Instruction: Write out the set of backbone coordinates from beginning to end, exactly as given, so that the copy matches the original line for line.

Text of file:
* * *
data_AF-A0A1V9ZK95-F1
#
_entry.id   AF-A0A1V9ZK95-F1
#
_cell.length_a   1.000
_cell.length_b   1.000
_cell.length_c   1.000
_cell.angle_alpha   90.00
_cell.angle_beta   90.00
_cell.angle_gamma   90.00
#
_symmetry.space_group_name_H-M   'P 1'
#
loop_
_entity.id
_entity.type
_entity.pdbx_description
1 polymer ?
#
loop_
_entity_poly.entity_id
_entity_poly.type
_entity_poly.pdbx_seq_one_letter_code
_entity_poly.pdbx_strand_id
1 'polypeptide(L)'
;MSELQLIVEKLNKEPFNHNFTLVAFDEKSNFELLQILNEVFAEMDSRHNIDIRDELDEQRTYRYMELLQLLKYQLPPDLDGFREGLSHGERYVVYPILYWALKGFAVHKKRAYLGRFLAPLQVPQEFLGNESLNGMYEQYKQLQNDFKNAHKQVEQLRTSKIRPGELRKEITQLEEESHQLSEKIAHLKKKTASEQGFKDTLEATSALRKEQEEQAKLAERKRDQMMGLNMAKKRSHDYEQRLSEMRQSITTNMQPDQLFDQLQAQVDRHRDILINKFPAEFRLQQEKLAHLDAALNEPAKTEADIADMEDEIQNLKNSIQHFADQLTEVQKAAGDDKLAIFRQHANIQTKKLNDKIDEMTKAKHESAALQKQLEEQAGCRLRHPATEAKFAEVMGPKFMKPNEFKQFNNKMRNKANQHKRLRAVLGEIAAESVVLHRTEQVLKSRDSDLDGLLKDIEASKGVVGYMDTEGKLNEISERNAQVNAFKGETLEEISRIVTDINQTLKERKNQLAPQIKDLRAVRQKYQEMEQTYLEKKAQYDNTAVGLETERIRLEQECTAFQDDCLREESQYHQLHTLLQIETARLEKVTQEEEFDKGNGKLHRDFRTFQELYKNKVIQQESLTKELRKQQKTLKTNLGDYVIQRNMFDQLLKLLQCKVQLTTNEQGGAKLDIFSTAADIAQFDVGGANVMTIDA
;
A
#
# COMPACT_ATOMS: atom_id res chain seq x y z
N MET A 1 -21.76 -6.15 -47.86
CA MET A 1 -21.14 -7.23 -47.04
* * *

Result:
data_AF-A0A1V9ZK95-F1
#
_entry.id   AF-A0A1V9ZK95-F1
#
_cell.length_a   1.000
_cell.length_b   1.000
_cell.length_c   1.000
_cell.angle_alpha   90.00
_cell.angle_beta   90.00
_cell.angle_gamma   90.00
#
_symmetry.space_group_name_H-M   'P 1'
#
loop_
_entity.id
_entity.type
_entity.pdbx_description
1 polymer ?
#
loop_
_entity_poly.entity_id
_entity_poly.type
_entity_poly.pdbx_seq_one_letter_code
_entity_poly.pdbx_strand_id
1 'polypeptide(L)'
;MSELQLIVEKLNKEPFNHNFTLVAFDEKSNFELLQILNEVFAEMDSRHNIDIRDELDEQRTYRYMELLQLLKYQLPPDLDGFREGLSHGERYVVYPILYWALKGFAVHKKRAYLGRFLAPLQVPQEFLGNESLNGMYEQYKQLQNDFKNAHKQVEQLRTSKIRPGELRKEITQLEEESHQLSEKIAHLKKKTASEQGFKDTLEATSALRKEQEEQAKLAERKRDQMMGLNMAKKRSHDYEQRLSEMRQSITTNMQPDQLFDQLQAQVDRHRDILINKFPAEFRLQQEKLAHLDAALNEPAKTEADIADMEDEIQNLKNSIQHFADQLTEVQKAAGDDKLAIFRQHANIQTKKLNDKIDEMTKAKHESAALQKQLEEQAGCRLRHPATEAKFAEVMGPKFMKPNEFKQFNNKMRNKANQHKRLRAVLGEIAAESVVLHRTEQVLKSRDSDLDGLLKDIEASKGVVGYMDTEGKLNEISERNAQVNAFKGETLEEISRIVTDINQTLKERKNQLAPQIKDLRAVRQKYQEMEQTYLEKKAQYDNTAVGLETERIRLEQECTAFQDDCLREESQYHQLHTLLQIETARLEKVTQEEEFDKGNGKLHRDFRTFQELYKNKVIQQESLTKELRKQQKTLKTNLGDYVIQRNMFDQLLKLLQCKVQLTTNEQGGAKLDIFSTAADIAQFDVGGANVMTIDA
;
A
#
# COMPACT_ATOMS: atom_id res chain seq x y z
N MET A 1 -21.76 -6.15 -47.86
CA MET A 1 -21.14 -7.23 -47.04